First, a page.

June 2015
Volume 56, Issue 7
Free
ARVO Annual Meeting Abstract  |   June 2015
Modeling Progression in Terms of Visual Loss in Geographic Atrophy Secondary to Age-related Macular Degeneration
Author Affiliations & Notes
  • Monika Fleckenstein
    Ophthalmology, University of Bonn, Bonn, Germany
  • Jennifer Nadal
    Institute of Biostatistics, University of Bonn, Bonn, Germany
  • Rolf Fimmers
    Institute of Biostatistics, University of Bonn, Bonn, Germany
  • Moritz Lindner
    Ophthalmology, University of Bonn, Bonn, Germany
  • Arno P Goebel
    Ophthalmology, University of Bonn, Bonn, Germany
  • Steffen Schmitz-Valckenberg
    Ophthalmology, University of Bonn, Bonn, Germany
  • Matthias Schmid
    Institute of Biostatistics, University of Bonn, Bonn, Germany
  • Frank G Holz
    Ophthalmology, University of Bonn, Bonn, Germany
  • Footnotes
    Commercial Relationships Monika Fleckenstein, Bayer (R), Genentech (F), Heidelberg Engineering (C), Heidelberg Engineering (F), Heidelberg Engineering (R), Novartis (R), Optos (F), Roche (R), US20140303013 A1 (P), Zeiss Meditec (F); Jennifer Nadal, None; Rolf Fimmers, None; Moritz Lindner, Genentech (F), Heidelberg Engineering (F), Optos (F), Zeiss Meditec (F); Arno Goebel, Heidelberg Engineering (F), Optos (F), Zeiss Meditec (F); Steffen Schmitz-Valckenberg, Allergan (F), Bayer (F), Bayer (R), Heidelberg Engineeing (F), Heidelberg Engineeing (R), Novartis (C), Novartis (F), Novartis (R), Optos (F), Optos (R), Roche (C), Roche (F), Zeiss Meditec (F); Matthias Schmid, None; Frank Holz, Acucela (C), Allergan (C), Bayer (C), Bayer (F), Boeringer Ingelheim (C), Genentech (F), Heidelberg Engineering (F), Merz (C), Novartis (C), Novartis (F), Optos (F), Zeiss Meditec (F)
  • Footnotes
    Support None
Investigative Ophthalmology & Visual Science June 2015, Vol.56, 2822. doi:
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      Monika Fleckenstein, Jennifer Nadal, Rolf Fimmers, Moritz Lindner, Arno P Goebel, Steffen Schmitz-Valckenberg, Matthias Schmid, Frank G Holz, ; Modeling Progression in Terms of Visual Loss in Geographic Atrophy Secondary to Age-related Macular Degeneration. Invest. Ophthalmol. Vis. Sci. 2015;56(7 ):2822.

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      © ARVO (1962-2015); The Authors (2016-present)

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Abstract
 
Purpose
 

To analyze and model the disease progression in terms of visual acuity (VA) loss in patients with geographic atrophy (GA) secondary to age-related macular degeneration (AMD).

 
Methods
 

A total of 226 eyes of 151 patients (63.6% women, mean age at baseline 74.0 ± 7.6 years; median follow-up time 808 days [IQR 940 days]) participating in the prospective natural history FAM (Fundus Autofluorescence in AMD)-Study with uni- or multifocal GA secondary to AMD and at least six months of serial standardized examinations were analyzed. Data assessment included ETDRS best-corrected central visual acuity, routine ophthalmological examination and confocal scanning laser ophthalmoscopy fundus autofluorescence (FAF) and infrared reflection imaging. Total size of atrophy was determined using semi-automated image analysis software. The course of VA was analyzed using a linear mixed-effects model with LogMAR as the response variable. Predictor variables included age at baseline, gender, time, GA size, diagnosis of the fellow eye, foveal involvement of GA, focality of the GA lesion and FAF pattern.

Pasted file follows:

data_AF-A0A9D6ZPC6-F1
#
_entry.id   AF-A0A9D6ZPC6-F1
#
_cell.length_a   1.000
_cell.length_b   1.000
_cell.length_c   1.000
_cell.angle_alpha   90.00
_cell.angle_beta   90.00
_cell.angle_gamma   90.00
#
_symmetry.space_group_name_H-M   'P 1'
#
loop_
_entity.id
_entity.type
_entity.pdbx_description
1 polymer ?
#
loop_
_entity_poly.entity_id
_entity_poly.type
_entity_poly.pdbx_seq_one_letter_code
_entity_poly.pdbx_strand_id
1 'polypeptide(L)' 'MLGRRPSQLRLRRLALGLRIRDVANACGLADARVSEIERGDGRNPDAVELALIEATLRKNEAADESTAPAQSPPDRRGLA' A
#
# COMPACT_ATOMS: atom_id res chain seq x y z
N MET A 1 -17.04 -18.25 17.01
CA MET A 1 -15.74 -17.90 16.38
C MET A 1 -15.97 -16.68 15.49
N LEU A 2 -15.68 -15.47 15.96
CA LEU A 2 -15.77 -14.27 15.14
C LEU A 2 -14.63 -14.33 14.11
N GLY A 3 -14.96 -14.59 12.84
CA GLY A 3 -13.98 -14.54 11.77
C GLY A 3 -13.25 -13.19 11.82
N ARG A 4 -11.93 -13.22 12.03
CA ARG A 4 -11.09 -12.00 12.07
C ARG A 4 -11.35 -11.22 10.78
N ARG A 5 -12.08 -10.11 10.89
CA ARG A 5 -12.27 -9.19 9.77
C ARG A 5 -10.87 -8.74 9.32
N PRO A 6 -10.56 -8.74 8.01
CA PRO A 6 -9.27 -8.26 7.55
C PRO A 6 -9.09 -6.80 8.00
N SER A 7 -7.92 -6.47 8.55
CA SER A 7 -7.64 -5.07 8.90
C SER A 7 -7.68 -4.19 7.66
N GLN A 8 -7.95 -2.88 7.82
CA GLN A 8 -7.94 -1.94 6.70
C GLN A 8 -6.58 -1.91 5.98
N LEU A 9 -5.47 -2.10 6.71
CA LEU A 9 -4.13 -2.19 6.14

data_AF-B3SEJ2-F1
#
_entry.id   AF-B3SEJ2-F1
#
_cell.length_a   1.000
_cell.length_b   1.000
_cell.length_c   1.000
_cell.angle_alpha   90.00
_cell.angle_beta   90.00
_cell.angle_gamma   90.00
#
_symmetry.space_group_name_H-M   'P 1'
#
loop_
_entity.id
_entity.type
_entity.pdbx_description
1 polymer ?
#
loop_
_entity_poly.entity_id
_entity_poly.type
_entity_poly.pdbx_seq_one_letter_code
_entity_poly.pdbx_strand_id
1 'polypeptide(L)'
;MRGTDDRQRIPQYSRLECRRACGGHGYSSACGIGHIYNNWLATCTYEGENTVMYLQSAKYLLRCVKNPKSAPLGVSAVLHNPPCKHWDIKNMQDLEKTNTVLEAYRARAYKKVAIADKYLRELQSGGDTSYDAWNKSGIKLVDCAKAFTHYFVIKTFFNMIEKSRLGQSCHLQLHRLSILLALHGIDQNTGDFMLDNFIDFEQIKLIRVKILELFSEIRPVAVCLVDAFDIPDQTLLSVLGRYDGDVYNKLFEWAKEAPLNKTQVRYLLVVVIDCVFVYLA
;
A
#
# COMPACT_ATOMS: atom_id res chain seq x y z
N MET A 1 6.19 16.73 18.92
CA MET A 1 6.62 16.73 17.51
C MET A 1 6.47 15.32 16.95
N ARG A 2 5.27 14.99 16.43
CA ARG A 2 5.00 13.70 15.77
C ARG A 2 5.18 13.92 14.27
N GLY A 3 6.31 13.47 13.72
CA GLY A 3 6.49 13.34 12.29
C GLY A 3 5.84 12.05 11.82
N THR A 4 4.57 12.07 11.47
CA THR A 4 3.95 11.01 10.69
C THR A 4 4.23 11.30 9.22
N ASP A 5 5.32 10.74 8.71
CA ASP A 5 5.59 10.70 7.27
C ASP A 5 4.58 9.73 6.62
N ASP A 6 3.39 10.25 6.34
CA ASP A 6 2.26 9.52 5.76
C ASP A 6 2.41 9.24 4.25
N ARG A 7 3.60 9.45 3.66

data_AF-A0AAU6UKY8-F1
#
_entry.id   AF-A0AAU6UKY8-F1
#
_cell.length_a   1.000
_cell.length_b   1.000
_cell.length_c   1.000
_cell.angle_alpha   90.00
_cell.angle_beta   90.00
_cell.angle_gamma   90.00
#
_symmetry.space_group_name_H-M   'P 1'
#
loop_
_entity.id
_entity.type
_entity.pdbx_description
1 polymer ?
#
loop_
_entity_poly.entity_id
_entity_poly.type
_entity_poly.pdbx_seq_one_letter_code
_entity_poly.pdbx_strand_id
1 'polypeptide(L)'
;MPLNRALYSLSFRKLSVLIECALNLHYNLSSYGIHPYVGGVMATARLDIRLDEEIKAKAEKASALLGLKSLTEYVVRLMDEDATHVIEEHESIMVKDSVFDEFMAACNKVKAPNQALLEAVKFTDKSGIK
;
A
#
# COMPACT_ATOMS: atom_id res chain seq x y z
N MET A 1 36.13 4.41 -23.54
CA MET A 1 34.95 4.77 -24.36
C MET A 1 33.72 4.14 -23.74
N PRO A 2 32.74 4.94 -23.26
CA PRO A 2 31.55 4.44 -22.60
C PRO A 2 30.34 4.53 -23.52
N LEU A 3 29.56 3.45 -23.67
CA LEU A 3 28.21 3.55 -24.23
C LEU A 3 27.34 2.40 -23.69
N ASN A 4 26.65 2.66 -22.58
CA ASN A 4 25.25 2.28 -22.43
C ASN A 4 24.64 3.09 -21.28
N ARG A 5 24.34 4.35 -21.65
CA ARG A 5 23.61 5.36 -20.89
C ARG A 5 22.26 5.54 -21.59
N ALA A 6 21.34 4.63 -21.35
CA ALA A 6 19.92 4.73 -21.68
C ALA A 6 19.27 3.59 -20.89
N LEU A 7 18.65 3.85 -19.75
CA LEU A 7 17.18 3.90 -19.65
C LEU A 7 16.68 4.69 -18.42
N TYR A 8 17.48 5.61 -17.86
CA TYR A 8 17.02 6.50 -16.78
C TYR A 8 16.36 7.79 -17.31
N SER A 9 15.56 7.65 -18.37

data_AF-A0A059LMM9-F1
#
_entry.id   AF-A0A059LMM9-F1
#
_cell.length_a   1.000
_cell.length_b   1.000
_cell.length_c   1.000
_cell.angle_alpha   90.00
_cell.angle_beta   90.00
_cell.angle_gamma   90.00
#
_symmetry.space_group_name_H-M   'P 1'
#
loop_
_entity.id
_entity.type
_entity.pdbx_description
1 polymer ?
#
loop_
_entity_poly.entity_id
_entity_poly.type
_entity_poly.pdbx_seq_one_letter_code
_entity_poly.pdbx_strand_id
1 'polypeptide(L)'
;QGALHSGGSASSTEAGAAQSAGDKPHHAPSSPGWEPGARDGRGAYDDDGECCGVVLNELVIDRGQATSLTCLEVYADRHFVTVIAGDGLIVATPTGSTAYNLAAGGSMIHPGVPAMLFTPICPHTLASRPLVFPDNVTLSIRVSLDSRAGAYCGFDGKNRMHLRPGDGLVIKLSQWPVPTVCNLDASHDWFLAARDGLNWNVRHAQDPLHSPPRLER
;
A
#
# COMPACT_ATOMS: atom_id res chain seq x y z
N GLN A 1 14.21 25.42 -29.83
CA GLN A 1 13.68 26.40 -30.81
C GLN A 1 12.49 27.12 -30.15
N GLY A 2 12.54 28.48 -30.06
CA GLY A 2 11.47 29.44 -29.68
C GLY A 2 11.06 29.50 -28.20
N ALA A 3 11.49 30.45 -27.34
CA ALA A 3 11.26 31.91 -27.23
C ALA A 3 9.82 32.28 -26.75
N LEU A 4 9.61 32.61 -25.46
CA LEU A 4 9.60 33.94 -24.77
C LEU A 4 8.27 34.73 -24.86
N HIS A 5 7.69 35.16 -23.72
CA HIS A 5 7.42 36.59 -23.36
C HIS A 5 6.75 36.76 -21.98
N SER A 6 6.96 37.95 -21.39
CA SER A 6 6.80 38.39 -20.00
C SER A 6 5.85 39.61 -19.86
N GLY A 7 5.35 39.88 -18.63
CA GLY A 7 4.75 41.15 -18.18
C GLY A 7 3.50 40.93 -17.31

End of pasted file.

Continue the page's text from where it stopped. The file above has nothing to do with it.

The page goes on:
Results
 

At baseline, median VA was 0.5 [IQR 0.7] LogMAR. There was high variability of VA among patients and study eyes. Results from linear mixed model analysis suggested that approximately 65% of the variance of the LogMAR values could be explained by the assessed predictor variables. Variables with significant effect on VA (likelihood ratio tests) included time, with an estimated overall time trend of 0.029 units of LogMAR increase per year (p = 0.012) and GA size, with increase of the average LogMAR value by 0.06 units with each mm (square-root transformed values) (p < 0.001). Furthermore, age at baseline (increase of 0.00467 LogMAR units per year (p = 0.041)) and foveal involvement of GA (0.86 LogMAR units lower in eyes with definitively ‘spared fovea’ as compared to definitive foveal involvement (p<0.001)) had a significant effect on VA loss.

 
Conclusions
 

Variance of VA in eyes with GA secondary to AMD can be widely explained by known variables which include time, GA size, age at baseline and foveal involvement of GA. Modeling the course of VA with identification of influencing factors will help to estimate the patient specific disease progression and to better appraise potential therapeutic effects on VA in interventional trials on GA.

 
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